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BizTalk Server 2013 R2 and Azure Hybrid Messaging - Security Policies for ACS and SAS - (Part 1)


In this blog, I will be describing and illustrating the difference I’ve recently come across when creating Service Bus Relay and associated namespaces.

 I want to demonstrate:

  1. How to create a namespace in Azure Service Bus
  2. What are the characteristics and its default security policy
  3. What are the expected errors you would encounter with SAS based security policies
  4. How to overcome the default SAS security policy

In this blog, the discussion will focus more on the ACS security policy for secure message exchanges.  I set out to demonstrate is to send a secured one-way message from any client application over to an on-premise BizTalk application through Azure’s Service Bus Relay service as illustrated below.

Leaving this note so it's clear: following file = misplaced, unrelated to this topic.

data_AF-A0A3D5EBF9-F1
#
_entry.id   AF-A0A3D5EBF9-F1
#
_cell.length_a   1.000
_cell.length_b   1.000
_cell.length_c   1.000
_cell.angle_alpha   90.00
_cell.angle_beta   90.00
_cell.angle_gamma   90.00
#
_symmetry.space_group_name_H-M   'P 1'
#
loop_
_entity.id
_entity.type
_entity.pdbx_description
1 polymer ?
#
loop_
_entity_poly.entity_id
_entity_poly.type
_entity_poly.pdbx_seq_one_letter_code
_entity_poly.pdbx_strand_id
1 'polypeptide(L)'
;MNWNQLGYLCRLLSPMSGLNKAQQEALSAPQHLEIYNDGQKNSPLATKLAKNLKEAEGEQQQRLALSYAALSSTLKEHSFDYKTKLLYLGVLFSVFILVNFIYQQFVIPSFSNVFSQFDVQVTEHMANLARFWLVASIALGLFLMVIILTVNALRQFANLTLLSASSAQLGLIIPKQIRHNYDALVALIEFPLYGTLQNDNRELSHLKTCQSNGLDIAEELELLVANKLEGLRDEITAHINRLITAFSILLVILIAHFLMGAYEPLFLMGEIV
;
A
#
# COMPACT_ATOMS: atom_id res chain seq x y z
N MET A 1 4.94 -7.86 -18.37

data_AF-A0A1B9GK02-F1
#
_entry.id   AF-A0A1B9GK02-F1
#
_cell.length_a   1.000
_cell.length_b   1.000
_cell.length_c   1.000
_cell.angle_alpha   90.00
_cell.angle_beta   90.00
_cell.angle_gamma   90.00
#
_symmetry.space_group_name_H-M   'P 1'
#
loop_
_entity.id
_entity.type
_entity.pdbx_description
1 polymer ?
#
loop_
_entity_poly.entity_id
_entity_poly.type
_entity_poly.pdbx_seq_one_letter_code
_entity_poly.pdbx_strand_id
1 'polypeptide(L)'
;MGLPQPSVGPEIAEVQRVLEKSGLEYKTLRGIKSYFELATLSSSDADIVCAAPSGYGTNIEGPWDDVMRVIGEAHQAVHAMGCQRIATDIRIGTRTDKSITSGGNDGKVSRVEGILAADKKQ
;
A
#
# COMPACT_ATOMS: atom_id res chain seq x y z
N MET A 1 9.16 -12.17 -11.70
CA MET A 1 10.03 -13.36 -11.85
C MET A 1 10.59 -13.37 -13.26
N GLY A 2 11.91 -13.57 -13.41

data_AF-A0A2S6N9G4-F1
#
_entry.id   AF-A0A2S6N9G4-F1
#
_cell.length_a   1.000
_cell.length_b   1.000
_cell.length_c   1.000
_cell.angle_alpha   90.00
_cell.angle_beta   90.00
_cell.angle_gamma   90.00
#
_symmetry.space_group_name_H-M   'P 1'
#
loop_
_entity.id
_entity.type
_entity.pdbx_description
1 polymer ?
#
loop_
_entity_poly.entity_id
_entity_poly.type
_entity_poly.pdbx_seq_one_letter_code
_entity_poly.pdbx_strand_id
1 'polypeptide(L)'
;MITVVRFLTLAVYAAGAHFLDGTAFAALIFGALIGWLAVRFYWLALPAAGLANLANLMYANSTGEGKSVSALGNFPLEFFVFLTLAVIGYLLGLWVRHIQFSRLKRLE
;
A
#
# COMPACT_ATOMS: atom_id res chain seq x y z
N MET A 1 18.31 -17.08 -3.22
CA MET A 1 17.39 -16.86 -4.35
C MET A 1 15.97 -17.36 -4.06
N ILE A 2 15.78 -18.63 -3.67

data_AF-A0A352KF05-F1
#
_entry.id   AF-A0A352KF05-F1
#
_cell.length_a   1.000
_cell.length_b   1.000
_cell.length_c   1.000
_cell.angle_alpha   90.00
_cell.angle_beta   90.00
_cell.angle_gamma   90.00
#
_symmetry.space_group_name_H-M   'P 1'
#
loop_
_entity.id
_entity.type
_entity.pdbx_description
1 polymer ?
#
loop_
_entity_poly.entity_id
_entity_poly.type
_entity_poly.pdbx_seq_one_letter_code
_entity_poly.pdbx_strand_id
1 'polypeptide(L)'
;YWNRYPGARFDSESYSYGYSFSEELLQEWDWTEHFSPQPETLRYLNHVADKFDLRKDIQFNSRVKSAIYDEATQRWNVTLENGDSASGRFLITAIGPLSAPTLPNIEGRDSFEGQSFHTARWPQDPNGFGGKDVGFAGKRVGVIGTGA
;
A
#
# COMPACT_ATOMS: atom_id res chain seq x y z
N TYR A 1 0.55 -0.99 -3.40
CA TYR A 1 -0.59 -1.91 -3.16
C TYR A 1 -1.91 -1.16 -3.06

I’ve been recently tasked, once again, to provide a POC that will allow a client application to send messages to an on-premise BizTalk application.  During configuration of the Service Bus namespace and subsequent client and BizTalk applications, testing revealed a communication problem that read as follows:

The token provider was unable to provide a security token while accessing ‘’.  ‘Name could not be resolved’.


Like so many POC’s I’ve done in the past on this same message exchange pattern, I thought, sure, this is easy, I’ve done this type of demo before countless times.  Shouldn’t be a problem.  What could go wrong?  What I’ve come to discover with Microsoft Azure is that implementing message exchange between client applications through the cloud to an on-premise BizTalk applications, changes like the seasons.  One example is the use of the security policy for message exchanges.  When Azure Service Bus was at its infancy, it used the ACS (Access Control Service).  Without getting into the nuances, it’s basically a cloud-based service for authentication and authorization on order to gain access to applications without having to define security in the code itself.